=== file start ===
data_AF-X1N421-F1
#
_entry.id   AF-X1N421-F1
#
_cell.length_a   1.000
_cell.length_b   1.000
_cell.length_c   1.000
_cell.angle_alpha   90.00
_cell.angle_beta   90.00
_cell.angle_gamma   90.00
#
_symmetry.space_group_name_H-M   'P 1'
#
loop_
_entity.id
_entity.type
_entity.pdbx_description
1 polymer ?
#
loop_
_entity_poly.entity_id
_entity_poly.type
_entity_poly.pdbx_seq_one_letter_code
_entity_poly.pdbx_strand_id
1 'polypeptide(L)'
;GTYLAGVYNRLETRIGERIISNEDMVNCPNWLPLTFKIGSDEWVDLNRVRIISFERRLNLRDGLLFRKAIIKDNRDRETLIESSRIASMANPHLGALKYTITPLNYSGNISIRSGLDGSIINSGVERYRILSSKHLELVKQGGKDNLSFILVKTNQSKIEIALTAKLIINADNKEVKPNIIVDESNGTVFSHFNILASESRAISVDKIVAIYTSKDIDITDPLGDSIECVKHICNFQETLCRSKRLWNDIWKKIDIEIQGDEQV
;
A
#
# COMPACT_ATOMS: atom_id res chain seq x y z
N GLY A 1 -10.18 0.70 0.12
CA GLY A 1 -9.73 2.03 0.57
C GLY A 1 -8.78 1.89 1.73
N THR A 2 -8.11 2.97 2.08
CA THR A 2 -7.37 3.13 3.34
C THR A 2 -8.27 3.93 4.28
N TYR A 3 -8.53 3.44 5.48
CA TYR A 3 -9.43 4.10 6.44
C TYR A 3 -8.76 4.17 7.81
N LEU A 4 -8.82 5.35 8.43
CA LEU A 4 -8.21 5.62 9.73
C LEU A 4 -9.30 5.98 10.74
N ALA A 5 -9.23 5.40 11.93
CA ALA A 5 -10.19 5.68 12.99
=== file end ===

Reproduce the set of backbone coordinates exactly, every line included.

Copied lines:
data_AF-X1N421-F1
#
_entry.id   AF-X1N421-F1
#
_cell.length_a   1.000
_cell.length_b   1.000
_cell.length_c   1.000
_cell.angle_alpha   90.00
_cell.angle_beta   90.00
_cell.angle_gamma   90.00
#
_symmetry.space_group_name_H-M   'P 1'
#
loop_
_entity.id
_entity.type
_entity.pdbx_description
1 polymer ?
#
loop_
_entity_poly.entity_id
_entity_poly.type
_entity_poly.pdbx_seq_one_letter_code
_entity_poly.pdbx_strand_id
1 'polypeptide(L)'
;GTYLAGVYNRLETRIGERIISNEDMVNCPNWLPLTFKIGSDEWVDLNRVRIISFERRLNLRDGLLFRKAIIKDNRDRETLIESSRIASMANPHLGALKYTITPLNYSGNISIRSGLDGSIINSGVERYRILSSKHLELVKQGGKDNLSFILVKTNQSKIEIALTAKLIINADNKEVKPNIIVDESNGTVFSHFNILASESRAISVDKIVAIYTSKDIDITDPLGDSIECVKHICNFQETLCRSKRLWNDIWKKIDIEIQGDEQV
;
A
#
# COMPACT_ATOMS: atom_id res chain seq x y z
N GLY A 1 -10.18 0.70 0.12
CA GLY A 1 -9.73 2.03 0.57
C GLY A 1 -8.78 1.89 1.73
N THR A 2 -8.11 2.97 2.08
CA THR A 2 -7.37 3.13 3.34
C THR A 2 -8.27 3.93 4.28
N TYR A 3 -8.53 3.44 5.48
CA TYR A 3 -9.43 4.10 6.44
C TYR A 3 -8.76 4.17 7.81
N LEU A 4 -8.82 5.35 8.43
CA LEU A 4 -8.21 5.62 9.73
C LEU A 4 -9.30 5.98 10.74
N ALA A 5 -9.23 5.40 11.93
CA ALA A 5 -10.19 5.68 12.99